Figurative Language In Night

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“His eyes would suddenly go blank leaving two gaping wounds, two wells of terror” (Wiesel 75), is a rousing example of the horror Elie Wiesel portrays in Night by using imagery. Elie uses layers of figurative language to help facilitate the meaning of the text beyond its literal interpretation and enhances the reader's experience. Not only does his use of figurative language produce vivid imagery to draw in readers, it also accurately portrays his primary account of the dismay he experienced during the holocaust. Night is filled with wonderfully descriptive figurative language to elevate the effect and take the reader on Wiesel’s painfully haunting and incomprehensible journey. Likewise, in the novel Night, Elie portrays his firsthand…show more content…
A simile is a form of figurative language that uses the word “like” or “as” to make a comparison. An effective simile can tell a lot about a character or scenario. Early on in Wiesel’s book, he describes Moishe as “Physically, he was awkward as a clown. His waiflike shyness made people smile” (3). Directly comparing Moishe to a clown gives the reader a vivid description of someone who acts playfully and isn’t taken seriously. His “waiflike” physicality also helps convey his awkward characteristics. Wiesel uses this literary device to allow the readers to experience the characters in his novel and interpret them rather than telling them. When Wiesel states “They think I am mad,” he whispered, and tears, like drops of wax, flowed from his eyes” (7). He is comparing Moishe’s tears to burning wax which is painful and you can feel Moishe’s pain from the shock that no one takes him seriously as he tries in vain to warn everyone of their impending danger. The reader can’t help but sympathize and feel his personal turmoil which is conveyed in this simile. The truth of what was coming was too unbelievable and unfortunately treated like a joke and ignored. No one was prepared to believe the truth could be that horrific. To date, it is still hard to comprehend what happened in those camps and the truth is heartbreaking. Due to the remarkable similes Wiesel used in his…show more content…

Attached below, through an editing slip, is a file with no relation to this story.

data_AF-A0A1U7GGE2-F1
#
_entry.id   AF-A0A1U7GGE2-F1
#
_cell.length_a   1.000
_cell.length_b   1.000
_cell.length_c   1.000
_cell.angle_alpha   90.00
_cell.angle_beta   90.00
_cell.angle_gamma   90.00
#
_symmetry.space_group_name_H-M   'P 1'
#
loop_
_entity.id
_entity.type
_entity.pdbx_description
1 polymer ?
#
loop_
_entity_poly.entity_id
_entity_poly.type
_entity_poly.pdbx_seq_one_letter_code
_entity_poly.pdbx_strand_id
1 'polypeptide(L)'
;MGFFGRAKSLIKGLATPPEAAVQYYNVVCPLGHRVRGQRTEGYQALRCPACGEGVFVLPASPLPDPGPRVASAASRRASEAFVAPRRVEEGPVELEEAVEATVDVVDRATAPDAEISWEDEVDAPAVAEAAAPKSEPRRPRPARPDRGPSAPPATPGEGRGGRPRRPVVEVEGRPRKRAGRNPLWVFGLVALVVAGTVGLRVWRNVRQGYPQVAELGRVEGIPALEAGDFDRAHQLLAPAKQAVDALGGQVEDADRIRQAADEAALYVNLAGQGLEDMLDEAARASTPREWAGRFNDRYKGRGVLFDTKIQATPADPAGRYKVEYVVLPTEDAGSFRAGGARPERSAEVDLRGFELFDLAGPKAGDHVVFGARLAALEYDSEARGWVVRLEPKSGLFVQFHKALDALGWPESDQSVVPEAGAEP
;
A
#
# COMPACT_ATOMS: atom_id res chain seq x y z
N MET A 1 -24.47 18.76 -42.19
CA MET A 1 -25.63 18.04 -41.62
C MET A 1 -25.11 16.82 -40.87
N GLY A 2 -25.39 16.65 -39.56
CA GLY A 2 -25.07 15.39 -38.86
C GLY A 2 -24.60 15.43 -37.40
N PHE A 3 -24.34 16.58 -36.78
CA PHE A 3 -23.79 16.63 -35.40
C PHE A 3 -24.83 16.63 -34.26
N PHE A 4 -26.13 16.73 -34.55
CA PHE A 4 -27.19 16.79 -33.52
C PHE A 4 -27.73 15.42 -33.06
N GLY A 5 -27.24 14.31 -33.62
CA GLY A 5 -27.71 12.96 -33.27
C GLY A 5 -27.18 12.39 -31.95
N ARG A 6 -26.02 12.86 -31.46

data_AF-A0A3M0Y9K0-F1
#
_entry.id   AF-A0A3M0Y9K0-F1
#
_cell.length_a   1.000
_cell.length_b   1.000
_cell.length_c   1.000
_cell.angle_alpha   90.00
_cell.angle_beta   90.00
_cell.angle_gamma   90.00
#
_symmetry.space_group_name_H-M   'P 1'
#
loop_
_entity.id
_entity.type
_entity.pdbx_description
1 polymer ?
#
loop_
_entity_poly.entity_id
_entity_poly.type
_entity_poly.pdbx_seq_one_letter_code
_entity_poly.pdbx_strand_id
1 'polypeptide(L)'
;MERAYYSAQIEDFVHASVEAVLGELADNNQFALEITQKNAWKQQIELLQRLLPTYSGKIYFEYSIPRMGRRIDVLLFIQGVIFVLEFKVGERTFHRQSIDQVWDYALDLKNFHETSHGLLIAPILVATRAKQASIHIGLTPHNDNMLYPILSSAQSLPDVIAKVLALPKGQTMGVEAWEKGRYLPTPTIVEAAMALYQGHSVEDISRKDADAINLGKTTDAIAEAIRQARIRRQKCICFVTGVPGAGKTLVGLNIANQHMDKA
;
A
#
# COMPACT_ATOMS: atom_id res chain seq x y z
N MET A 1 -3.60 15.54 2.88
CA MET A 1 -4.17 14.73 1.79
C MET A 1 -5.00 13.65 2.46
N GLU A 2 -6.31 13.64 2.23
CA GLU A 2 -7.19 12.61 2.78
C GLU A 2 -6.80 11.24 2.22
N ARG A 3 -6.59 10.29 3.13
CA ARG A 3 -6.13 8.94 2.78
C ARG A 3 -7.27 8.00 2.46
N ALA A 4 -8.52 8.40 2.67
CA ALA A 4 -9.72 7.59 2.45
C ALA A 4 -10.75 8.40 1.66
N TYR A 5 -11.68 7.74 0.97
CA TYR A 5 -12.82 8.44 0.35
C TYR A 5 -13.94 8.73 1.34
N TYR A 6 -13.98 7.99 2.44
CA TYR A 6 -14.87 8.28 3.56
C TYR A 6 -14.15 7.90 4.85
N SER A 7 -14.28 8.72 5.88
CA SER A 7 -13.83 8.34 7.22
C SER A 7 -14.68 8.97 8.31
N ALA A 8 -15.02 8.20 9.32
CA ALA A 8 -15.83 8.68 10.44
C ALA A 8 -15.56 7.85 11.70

Metaphors are forms of figurative language used to imply a comparison. Night is full of haunting metaphors which reveal Wiesel’s Faith in God being challenged throughout this heart-wrenching memoir. Wiesel compares his persecution to the desolate desert when he states “We were withered trees in the heart of the desert” (37). Wiesel and his fellow prisoners’ faith was drying up like the desert whose environment is a death sentence without water. Their bodies and faith already withering away from their mistreatment and yet they unknowingly had so much more ahead of them in terms of their persecution. How could they continue to endure this and keep their faith in God? The word ‘heart’ is also an interesting choice as there appears to be no heart or God present in the depths of their suffering. Wiesel’s waning faith in God is eloquently conveyed when he hears someone ask “For God’s sake, where is God?” after they were forced to watch a child be hung and suffer a long painful death. The German’s didn’t even have the decency to kill the child quickly. Wiesel response is “Where He is? This is where – hanging here from the gallows…That night, the soup tasted of corpses” (65). God seems dead to him like the dead child appallingly hanging on display. Death was everywhere, even in the soup, which was often their only pleasure. One’s relationship with God is
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